Like all sectors, the government is inevitably moving towards web-enabled, “platform-based” models of delivering services to cut costs and improve services, he told ComputerworldUK.
However in order to make this leap successfully the “public sector needs to force the issue with vendors”, he said.
“We will develop open APIs, a governance model, set open standards and encourage big vendors, who might prefer lock in, to comply to those standards,” Roberts said.
“They might think it will never happen, but new vendors in future need to embrace open standards,” he added.
Leeds City Council has adopted the Government Digital Service’s design principles for services and requires all vendors to adhere to them, Roberts said.
In future government bodies could personalise the online services they offer citizens, he suggested, providing them with one single account to deal with all of government.
But for this to work, local authorities and government departments would need to agree common standards for data and formats, he said.
“We need to focus on information and interoperability. People could have a GOV.UK account with information sucked into it from all the services they deal with,” he said.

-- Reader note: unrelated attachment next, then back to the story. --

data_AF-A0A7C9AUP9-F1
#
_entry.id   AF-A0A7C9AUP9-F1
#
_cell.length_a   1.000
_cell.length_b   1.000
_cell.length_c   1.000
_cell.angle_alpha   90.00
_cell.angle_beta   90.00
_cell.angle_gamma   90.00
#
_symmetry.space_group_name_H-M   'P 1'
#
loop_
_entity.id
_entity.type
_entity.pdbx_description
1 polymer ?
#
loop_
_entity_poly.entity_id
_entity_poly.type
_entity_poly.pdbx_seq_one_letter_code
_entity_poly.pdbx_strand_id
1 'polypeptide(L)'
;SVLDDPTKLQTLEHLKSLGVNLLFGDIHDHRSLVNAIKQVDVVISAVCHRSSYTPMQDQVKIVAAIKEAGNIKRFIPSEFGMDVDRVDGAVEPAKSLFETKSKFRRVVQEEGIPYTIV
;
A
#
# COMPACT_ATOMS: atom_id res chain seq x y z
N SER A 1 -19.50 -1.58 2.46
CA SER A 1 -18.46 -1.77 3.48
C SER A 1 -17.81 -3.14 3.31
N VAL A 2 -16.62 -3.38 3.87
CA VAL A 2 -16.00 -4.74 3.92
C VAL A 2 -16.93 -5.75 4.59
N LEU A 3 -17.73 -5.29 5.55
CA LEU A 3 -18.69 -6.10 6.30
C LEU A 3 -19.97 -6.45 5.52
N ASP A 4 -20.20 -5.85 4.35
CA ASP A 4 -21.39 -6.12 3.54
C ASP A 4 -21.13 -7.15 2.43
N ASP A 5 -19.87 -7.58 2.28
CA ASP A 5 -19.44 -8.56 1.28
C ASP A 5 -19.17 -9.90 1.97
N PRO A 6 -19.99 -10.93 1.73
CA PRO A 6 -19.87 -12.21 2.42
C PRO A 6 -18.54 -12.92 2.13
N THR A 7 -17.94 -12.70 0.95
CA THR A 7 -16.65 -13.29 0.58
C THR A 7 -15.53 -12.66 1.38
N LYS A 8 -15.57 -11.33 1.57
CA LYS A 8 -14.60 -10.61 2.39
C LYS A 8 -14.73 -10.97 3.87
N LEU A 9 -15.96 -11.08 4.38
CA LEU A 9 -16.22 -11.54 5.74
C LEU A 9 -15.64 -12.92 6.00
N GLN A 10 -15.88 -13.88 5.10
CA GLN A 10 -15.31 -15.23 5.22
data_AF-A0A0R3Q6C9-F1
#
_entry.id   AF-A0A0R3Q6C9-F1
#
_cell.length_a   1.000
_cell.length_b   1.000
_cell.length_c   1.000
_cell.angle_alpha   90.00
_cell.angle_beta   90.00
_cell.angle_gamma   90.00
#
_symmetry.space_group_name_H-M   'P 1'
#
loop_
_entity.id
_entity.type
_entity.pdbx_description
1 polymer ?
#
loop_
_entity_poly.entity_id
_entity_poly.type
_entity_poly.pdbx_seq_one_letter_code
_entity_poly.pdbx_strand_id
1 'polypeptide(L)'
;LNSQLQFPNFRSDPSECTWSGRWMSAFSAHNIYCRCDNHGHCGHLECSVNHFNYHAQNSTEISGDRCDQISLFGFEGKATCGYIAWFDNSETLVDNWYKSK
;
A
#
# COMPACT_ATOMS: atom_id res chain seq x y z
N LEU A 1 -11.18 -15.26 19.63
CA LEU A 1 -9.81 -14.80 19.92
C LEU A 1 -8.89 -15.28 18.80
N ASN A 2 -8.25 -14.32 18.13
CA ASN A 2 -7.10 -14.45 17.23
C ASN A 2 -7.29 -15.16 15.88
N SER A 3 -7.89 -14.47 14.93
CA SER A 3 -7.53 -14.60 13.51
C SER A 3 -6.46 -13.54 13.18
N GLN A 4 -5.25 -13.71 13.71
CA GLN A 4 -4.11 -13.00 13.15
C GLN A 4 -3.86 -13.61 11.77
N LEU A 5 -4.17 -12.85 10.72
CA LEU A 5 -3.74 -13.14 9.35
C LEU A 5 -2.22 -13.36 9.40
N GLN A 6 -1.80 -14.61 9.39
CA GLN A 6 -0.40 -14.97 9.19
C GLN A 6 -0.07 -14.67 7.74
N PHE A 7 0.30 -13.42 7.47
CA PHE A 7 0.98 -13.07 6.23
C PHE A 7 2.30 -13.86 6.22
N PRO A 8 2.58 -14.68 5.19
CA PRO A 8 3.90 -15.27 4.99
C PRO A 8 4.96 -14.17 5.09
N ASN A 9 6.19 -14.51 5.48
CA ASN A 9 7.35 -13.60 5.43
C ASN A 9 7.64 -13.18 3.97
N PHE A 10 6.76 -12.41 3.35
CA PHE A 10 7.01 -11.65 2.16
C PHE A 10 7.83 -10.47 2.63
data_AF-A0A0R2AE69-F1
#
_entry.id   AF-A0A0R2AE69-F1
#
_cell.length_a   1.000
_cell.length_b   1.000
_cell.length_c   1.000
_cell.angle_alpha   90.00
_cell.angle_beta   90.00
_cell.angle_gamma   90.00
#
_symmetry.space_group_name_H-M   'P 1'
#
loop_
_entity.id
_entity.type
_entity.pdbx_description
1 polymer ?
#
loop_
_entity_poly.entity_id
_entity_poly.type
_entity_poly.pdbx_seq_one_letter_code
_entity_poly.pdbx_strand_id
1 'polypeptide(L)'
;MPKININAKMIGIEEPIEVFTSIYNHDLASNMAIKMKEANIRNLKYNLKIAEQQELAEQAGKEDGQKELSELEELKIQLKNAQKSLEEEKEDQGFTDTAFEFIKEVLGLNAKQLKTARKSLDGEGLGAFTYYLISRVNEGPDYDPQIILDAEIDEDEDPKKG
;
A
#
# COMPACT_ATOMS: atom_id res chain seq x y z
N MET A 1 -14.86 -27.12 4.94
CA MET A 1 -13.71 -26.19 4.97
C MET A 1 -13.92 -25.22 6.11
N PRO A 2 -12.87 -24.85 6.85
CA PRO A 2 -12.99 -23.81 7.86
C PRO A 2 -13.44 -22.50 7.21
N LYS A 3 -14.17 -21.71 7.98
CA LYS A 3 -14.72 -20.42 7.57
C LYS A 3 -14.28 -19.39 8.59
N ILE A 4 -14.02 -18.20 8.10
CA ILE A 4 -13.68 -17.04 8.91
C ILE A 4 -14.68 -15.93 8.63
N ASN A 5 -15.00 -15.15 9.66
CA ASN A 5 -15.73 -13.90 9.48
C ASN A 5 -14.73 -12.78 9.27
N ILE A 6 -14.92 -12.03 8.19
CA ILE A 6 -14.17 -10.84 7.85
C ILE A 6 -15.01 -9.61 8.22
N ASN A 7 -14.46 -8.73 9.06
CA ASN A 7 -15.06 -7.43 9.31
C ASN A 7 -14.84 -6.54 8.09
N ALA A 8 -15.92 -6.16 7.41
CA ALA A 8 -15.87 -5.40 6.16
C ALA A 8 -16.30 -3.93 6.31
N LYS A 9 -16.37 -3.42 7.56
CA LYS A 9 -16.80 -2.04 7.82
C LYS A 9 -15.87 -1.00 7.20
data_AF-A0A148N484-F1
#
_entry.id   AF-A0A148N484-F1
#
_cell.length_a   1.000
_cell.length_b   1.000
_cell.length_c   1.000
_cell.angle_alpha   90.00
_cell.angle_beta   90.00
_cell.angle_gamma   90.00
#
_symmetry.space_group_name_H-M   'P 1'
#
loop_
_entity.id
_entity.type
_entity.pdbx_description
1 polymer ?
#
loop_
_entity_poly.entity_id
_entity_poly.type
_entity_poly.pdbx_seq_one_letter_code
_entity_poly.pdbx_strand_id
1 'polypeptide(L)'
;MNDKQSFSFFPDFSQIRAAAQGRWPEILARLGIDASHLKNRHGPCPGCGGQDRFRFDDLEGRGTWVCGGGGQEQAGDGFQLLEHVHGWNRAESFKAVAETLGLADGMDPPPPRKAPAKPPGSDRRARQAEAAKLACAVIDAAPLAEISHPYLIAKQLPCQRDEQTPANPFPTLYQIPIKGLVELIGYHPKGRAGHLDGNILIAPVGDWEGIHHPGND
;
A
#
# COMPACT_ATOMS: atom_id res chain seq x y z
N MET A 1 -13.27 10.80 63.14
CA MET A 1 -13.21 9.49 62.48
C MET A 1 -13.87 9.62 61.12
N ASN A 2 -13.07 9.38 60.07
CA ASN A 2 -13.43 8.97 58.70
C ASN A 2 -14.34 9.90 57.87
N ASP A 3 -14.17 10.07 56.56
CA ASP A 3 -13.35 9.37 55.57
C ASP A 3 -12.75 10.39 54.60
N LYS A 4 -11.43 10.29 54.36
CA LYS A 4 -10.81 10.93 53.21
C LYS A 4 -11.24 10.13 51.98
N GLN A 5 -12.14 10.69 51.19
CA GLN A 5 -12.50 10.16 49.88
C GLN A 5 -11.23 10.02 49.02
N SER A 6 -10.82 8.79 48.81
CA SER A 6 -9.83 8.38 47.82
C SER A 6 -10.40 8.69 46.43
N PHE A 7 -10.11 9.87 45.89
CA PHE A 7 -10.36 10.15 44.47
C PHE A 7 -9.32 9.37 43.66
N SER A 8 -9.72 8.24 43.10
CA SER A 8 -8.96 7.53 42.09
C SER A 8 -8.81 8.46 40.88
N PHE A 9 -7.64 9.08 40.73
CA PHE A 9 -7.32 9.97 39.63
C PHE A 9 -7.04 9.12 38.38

“Across Leeds, if you can get the standards right, in future I’d love to get multiples of components developed by niche suppliers and combine them together,” he said.
Roberts described the platform approach using an analogy with Lego bricks representing different individual sets of technologies.
“Government as a Platform enables you to pull together the right set of Lego bricks for your individual needs…it’s how you enrol and enable a whole ecosystem to create solutions and innovations to fix our problems”, he said.
For example, Roberts said this sort of approach could enable someone to create a transport app for Leeds, which pulls in live data on car parking spaces, the South Yorkshire Passenger Transport Executive, and data from the buses.
If it could also combine traffic data, that app could tell you the quickest way to get to work or which is the best car parking space for you, he said.
The Cabinet Office’s efforts to adopt open standards across the public sector have already met with resistance from incumbent suppliers.
Microsoft lobied against the adoption of the Open Document Format for government documents before it was finally agreed last July, encouraging employees and partners to oppose the move during a consultation in the months beforehand.
The company wanted its proprietary standard, used in Word, which is currently the main word processor in government, to be chosen instead.
The government hopes its adoption of ODF will make it easier to share documents between agencies and reduce dependence on expensive Microsoft licences.